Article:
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Obesity is a strong risk factor not only in the development of heart disease, but also in the development of risk factors such as high blood pressure and diabetes. It is measured in terms of body mass index, and a BMI over 28 being defined as ‘obese’ for the Indian population group.

What is the definition of obesity?

There are 2 ways to define obesity. The commonly used way is to use the body mass index, which takes into consideration the weight of the individual and their height. The normal healthy BMI is around 23, and anything above that is considered ‘overweight’.

However, there is one main drawback of body mass index – it does not take into consideration how much body fat the person has.

For example, a body builder will be quite heavy mostly due to muscle weight and not due to body fat. It is therefore not uncommon for a person of average height who has large muscles to have a high BMI. This does not mean that he/she is obese.

A better way to define obesity is to use a parameter called ‘waist:hip ratio’. This is the ratio of a person’s waist measurement to their hips. It is now recognised from studies that the waist:hip ratio is a better marker of obesity, and can predict the chances of developing heart disease and other illnesses in the future along with mortality (Larsson, 1984).

The link between obesity and heart disease

As previously mentioned, the obesity is not only linked to the development of heart disease, but also to the various risk factors as well. It is the increased incidence of these risk factors  (hypertension, diabetes and high cholesterol) that in fact leads to heart disease in obese patients.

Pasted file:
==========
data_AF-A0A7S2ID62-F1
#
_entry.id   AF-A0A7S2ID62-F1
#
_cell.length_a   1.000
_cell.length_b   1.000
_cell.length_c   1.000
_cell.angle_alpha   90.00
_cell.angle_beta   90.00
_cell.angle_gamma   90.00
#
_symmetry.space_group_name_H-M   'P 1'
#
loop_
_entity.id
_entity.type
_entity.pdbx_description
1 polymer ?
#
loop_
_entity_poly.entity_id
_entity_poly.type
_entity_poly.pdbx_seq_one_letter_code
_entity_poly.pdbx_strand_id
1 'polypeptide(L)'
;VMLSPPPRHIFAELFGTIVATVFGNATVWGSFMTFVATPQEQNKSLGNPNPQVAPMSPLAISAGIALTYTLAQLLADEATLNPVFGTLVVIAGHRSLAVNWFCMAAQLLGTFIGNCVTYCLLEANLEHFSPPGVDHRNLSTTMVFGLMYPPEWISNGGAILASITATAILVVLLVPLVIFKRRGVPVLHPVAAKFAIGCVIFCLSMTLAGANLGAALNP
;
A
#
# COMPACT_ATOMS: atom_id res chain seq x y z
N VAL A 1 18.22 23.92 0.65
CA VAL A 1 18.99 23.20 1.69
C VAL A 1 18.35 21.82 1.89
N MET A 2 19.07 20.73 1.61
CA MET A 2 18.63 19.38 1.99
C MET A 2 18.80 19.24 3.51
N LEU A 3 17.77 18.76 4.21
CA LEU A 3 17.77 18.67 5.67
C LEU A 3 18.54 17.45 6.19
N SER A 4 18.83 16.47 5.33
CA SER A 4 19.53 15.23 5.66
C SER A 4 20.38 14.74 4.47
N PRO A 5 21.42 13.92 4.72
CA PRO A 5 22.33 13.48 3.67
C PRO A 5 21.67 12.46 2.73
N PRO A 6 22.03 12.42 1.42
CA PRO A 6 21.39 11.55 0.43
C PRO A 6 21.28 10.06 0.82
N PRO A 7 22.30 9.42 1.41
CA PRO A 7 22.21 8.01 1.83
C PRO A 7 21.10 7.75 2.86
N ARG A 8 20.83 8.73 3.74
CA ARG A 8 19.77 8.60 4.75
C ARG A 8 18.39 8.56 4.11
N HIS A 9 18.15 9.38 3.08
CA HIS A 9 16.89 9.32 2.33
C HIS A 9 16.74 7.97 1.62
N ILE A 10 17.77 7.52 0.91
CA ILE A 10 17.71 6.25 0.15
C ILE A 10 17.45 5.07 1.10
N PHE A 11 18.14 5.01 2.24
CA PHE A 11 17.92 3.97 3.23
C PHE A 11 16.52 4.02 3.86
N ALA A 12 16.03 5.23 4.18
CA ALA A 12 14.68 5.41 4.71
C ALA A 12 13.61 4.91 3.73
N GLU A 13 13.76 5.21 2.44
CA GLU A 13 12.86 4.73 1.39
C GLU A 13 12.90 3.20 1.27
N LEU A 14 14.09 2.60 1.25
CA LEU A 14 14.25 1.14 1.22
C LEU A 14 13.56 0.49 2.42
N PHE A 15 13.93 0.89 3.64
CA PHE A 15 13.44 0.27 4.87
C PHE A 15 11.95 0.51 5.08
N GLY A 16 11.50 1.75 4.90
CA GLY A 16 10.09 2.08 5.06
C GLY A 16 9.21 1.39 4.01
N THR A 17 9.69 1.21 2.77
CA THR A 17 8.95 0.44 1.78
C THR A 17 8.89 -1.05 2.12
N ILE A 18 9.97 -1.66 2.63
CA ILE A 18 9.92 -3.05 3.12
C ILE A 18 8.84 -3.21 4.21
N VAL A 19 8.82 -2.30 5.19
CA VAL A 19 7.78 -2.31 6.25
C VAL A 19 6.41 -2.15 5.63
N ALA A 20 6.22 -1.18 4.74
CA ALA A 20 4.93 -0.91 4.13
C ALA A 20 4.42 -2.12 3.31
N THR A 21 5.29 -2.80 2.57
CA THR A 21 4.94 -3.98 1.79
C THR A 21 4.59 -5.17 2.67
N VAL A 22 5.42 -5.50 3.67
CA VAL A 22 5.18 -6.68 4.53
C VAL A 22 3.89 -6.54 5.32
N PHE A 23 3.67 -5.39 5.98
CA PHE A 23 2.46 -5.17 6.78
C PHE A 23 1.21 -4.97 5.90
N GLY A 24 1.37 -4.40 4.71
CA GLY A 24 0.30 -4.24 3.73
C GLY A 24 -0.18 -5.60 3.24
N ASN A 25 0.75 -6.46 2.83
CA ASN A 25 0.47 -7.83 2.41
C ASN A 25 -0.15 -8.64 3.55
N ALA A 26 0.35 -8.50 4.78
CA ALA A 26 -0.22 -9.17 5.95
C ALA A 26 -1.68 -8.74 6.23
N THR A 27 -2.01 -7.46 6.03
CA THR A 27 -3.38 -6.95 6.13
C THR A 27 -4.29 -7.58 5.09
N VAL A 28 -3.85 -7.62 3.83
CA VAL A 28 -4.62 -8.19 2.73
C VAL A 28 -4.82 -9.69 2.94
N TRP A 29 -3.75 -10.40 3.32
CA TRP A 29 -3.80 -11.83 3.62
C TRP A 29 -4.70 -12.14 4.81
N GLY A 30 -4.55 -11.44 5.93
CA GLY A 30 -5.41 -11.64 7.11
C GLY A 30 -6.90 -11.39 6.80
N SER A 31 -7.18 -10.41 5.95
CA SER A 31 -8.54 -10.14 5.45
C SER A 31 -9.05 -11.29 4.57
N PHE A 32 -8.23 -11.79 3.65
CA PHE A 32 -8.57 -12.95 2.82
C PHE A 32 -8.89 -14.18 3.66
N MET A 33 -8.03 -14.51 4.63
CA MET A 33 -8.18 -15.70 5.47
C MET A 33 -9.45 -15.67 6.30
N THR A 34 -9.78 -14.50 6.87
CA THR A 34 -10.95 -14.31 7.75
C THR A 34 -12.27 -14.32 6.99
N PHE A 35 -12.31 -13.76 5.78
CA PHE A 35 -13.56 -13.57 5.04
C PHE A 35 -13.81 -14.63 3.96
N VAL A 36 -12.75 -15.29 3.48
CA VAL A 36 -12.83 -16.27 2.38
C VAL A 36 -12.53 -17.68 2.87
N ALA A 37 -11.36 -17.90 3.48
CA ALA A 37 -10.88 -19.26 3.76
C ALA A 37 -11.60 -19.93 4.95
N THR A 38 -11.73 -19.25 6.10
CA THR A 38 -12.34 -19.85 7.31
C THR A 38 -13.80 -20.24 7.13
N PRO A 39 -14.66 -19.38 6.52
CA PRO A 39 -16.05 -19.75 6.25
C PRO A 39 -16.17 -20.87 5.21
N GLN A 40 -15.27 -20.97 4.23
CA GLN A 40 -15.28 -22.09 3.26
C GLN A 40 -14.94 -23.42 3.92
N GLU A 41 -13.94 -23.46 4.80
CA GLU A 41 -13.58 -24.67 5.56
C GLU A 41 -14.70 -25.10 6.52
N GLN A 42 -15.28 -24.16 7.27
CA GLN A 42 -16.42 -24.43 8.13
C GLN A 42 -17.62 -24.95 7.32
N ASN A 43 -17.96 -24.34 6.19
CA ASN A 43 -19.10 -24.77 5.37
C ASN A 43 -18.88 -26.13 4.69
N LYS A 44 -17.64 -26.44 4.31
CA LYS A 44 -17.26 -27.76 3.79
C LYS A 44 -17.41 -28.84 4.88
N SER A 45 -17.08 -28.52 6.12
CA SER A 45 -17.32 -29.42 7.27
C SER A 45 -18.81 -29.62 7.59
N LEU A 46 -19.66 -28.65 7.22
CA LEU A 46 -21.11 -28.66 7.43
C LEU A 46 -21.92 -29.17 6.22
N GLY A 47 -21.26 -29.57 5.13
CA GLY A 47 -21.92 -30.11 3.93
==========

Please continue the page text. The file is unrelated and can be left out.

1. Coronary artery disease

The increased levels of body fat in obesity means higher levels of fat circulating in the blood stream.

Circulating fat and cholesterol is responsible in the development of atherosclerosis. Atherosclerosis is a condition where fat deposits on the walls of the blood vessels, leading to their narrowing. A narrowed blood vessel does not allow sufficient blood to flow through it during times of need.

When atherosclerosis affects the coronary arteries, it can lead to reduced blood supply to the heart muscle. This can lead to heart attacks and chest pain (angina). Obesity is now considered an independent predictor of coronary artery disease.

In addition, obesity can cause heart failure as well.

2. High blood pressure

There is a direct link between high body weight and high blood pressure. Clinical research has shown that having a high body weight can increase the retention of sodium in the body – a direct cause for blood pressure to rise. In addition, being obese can stimulate the release of certain hormones which are responsible in the development of hypertension.

Individuals who have a normal BMI have a low chance of developing high blood pressure. Studies conducted in the western world have shown that those who have a BMI of <25 (considered normal for the western population) have a 15% risk of developing hypertension, as opposed to 38% (women) and 42% (men) if the BMI is > 30 (Brown, 2000).





1.Larsson, B., et al. “Abdominal adipose tissue distribution, obesity, and risk of cardiovascular disease and death: 13 year follow up of participants in the study of men born in 1913.” British medical journal (Clinical Research ed.) 288.6428 (1984): 1401-1404.

2.Brown, Clarice D., et al. “Body mass index and the prevalence of hypertension and dyslipidemia.” Obesity research 8.9 (2000): 605-619.


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